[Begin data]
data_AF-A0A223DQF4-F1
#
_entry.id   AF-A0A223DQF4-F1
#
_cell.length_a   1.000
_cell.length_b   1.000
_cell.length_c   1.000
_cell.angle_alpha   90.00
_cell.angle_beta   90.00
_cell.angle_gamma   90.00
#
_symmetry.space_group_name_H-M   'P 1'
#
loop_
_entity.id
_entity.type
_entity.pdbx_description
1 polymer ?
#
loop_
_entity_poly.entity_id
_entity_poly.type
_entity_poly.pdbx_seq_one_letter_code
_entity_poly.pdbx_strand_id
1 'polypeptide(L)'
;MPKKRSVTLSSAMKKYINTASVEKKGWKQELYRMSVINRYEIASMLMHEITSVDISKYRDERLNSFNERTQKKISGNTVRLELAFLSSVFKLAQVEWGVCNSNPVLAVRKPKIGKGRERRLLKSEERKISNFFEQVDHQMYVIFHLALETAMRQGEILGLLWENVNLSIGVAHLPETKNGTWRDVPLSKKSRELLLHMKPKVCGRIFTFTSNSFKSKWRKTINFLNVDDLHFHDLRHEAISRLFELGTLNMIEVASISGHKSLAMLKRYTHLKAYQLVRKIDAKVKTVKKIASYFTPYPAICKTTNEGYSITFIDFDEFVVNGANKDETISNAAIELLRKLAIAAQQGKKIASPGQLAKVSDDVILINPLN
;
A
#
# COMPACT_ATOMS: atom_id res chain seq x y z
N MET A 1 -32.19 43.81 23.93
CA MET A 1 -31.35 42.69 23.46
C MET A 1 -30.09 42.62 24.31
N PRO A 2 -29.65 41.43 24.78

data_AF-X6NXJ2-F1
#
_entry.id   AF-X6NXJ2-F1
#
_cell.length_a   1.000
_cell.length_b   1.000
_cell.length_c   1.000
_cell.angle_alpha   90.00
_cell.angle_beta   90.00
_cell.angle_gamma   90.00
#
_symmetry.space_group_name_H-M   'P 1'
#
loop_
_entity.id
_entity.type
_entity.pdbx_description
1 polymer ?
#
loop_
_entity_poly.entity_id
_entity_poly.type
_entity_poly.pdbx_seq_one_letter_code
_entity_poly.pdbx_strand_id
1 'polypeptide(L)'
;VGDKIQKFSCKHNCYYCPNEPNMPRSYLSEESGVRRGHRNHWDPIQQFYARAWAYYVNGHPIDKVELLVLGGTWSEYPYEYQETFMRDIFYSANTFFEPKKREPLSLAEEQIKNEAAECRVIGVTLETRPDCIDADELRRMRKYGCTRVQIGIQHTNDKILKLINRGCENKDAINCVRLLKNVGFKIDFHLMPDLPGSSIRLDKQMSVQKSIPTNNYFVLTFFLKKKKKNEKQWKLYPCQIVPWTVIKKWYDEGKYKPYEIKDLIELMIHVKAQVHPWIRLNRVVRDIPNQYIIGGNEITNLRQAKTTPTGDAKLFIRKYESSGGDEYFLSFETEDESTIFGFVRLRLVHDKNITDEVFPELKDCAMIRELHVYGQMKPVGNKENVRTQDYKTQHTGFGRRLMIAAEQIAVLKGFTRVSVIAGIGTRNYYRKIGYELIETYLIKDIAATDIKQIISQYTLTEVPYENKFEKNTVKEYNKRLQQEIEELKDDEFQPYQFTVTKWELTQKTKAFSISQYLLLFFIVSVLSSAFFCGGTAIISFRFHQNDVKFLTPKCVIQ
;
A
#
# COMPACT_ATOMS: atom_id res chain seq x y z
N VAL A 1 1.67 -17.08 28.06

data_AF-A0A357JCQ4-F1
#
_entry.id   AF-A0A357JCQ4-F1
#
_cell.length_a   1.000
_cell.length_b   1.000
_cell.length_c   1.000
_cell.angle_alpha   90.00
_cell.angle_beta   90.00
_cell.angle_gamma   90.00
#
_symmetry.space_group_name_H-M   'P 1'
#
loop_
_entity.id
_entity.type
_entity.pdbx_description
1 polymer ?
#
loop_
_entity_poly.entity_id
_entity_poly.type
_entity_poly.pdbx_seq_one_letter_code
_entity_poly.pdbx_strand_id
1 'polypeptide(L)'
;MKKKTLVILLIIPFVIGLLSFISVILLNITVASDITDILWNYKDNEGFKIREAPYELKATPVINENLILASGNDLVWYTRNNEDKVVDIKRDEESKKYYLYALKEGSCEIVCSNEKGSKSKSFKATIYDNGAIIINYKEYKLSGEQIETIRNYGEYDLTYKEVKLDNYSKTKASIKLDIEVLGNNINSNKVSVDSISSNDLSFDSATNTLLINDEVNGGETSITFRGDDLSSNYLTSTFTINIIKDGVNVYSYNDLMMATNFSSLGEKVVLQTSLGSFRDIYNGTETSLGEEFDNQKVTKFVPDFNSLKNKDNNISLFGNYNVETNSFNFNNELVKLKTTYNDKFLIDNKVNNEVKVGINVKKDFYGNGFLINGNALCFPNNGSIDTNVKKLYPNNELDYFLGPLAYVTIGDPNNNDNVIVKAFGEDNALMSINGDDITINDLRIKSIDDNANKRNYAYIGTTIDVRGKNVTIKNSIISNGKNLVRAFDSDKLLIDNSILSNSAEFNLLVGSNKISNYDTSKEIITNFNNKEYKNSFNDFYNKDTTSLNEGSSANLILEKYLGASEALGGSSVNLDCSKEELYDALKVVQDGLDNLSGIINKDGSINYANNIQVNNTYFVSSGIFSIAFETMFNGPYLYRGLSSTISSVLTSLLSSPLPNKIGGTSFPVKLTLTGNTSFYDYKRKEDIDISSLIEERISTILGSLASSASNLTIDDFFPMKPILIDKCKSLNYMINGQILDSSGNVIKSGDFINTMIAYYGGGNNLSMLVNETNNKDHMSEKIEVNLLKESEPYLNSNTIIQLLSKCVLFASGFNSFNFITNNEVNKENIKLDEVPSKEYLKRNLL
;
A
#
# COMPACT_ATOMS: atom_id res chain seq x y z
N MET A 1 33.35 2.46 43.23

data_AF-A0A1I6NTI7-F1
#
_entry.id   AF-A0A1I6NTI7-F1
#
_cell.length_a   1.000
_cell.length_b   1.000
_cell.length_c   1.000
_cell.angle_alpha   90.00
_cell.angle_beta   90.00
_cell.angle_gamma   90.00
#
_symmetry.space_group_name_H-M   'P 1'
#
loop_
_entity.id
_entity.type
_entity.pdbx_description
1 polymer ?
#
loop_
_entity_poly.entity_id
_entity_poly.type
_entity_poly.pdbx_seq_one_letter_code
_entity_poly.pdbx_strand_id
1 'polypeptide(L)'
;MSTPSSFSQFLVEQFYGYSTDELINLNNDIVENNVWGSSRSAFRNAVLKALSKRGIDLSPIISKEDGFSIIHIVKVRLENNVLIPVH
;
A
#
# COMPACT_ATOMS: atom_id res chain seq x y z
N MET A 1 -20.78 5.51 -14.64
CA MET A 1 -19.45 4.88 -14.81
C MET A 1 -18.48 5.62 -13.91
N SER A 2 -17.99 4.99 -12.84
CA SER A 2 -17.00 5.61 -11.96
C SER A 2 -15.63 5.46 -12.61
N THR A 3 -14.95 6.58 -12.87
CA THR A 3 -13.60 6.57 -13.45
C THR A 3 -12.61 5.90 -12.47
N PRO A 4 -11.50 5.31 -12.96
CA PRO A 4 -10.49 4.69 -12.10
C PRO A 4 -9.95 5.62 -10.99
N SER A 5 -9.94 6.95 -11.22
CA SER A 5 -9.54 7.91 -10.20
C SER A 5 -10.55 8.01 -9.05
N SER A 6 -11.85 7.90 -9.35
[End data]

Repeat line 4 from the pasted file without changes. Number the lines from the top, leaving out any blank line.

#